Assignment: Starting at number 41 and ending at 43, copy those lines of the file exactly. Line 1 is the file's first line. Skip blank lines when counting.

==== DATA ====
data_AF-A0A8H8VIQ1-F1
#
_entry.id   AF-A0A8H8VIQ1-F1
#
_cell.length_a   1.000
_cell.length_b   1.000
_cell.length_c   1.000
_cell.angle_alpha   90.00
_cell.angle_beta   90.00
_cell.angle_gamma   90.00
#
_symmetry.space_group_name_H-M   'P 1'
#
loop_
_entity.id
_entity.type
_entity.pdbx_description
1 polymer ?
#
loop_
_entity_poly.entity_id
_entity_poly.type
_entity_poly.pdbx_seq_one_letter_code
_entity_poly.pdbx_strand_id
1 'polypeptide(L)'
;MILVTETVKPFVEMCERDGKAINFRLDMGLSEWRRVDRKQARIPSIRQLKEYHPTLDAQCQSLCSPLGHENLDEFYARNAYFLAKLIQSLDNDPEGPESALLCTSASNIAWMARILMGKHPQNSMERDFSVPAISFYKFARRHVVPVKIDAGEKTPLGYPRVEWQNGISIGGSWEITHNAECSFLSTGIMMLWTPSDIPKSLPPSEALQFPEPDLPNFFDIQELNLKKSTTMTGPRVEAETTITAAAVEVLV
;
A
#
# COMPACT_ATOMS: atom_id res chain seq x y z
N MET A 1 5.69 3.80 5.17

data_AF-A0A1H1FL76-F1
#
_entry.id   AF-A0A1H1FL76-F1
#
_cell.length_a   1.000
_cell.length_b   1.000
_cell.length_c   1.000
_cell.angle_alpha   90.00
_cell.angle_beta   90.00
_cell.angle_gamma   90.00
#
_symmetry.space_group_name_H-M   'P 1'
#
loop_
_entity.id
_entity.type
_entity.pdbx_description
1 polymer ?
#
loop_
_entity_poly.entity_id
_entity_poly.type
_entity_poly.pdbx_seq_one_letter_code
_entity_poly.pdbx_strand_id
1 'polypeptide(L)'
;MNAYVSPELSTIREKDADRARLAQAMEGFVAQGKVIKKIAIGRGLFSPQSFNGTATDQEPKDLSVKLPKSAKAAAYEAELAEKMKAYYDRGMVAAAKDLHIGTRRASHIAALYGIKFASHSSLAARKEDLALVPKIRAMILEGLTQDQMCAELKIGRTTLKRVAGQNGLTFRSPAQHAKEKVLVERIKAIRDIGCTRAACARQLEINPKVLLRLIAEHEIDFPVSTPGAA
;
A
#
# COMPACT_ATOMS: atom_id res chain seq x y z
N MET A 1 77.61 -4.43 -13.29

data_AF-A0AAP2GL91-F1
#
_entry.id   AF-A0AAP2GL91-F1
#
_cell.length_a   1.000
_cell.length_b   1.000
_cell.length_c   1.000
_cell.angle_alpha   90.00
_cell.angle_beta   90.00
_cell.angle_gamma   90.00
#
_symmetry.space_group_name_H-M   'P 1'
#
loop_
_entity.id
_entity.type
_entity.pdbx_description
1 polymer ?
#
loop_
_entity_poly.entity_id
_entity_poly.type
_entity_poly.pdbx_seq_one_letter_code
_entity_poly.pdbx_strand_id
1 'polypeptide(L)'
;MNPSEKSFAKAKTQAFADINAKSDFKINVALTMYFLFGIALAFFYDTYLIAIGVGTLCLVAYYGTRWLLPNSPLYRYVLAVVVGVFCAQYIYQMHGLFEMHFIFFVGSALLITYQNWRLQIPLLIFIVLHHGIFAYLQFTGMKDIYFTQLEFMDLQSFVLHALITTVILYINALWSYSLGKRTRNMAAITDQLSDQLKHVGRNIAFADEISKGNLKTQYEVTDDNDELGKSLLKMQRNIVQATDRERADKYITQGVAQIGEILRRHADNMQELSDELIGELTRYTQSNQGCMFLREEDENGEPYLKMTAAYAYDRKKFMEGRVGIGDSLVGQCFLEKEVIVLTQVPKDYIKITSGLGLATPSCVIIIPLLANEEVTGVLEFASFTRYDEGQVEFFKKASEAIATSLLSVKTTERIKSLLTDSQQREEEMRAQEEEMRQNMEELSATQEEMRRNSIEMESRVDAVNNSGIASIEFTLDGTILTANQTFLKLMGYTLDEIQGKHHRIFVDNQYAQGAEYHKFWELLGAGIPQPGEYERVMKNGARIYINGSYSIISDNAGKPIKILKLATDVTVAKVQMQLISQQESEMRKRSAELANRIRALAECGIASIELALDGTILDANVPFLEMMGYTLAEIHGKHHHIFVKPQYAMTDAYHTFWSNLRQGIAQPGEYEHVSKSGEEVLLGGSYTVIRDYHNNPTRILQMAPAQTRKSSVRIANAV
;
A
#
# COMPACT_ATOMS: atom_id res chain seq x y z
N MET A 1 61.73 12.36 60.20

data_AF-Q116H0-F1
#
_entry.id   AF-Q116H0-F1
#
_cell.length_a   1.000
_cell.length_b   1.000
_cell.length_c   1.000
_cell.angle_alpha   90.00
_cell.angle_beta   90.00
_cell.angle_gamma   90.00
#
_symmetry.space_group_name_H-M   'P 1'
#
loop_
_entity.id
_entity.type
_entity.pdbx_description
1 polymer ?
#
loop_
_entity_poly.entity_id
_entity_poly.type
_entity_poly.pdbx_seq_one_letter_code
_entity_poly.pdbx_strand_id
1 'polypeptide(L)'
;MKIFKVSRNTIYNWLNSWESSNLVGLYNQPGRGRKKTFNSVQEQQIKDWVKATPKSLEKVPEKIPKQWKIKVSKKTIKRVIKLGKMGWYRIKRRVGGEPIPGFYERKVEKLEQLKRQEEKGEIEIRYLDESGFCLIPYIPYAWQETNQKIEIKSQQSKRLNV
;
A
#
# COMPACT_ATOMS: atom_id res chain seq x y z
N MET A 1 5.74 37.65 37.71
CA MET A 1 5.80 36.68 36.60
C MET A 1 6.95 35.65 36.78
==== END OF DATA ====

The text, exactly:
_cell.angle_gamma   90.00
#
_symmetry.space_group_name_H-M   'P 1'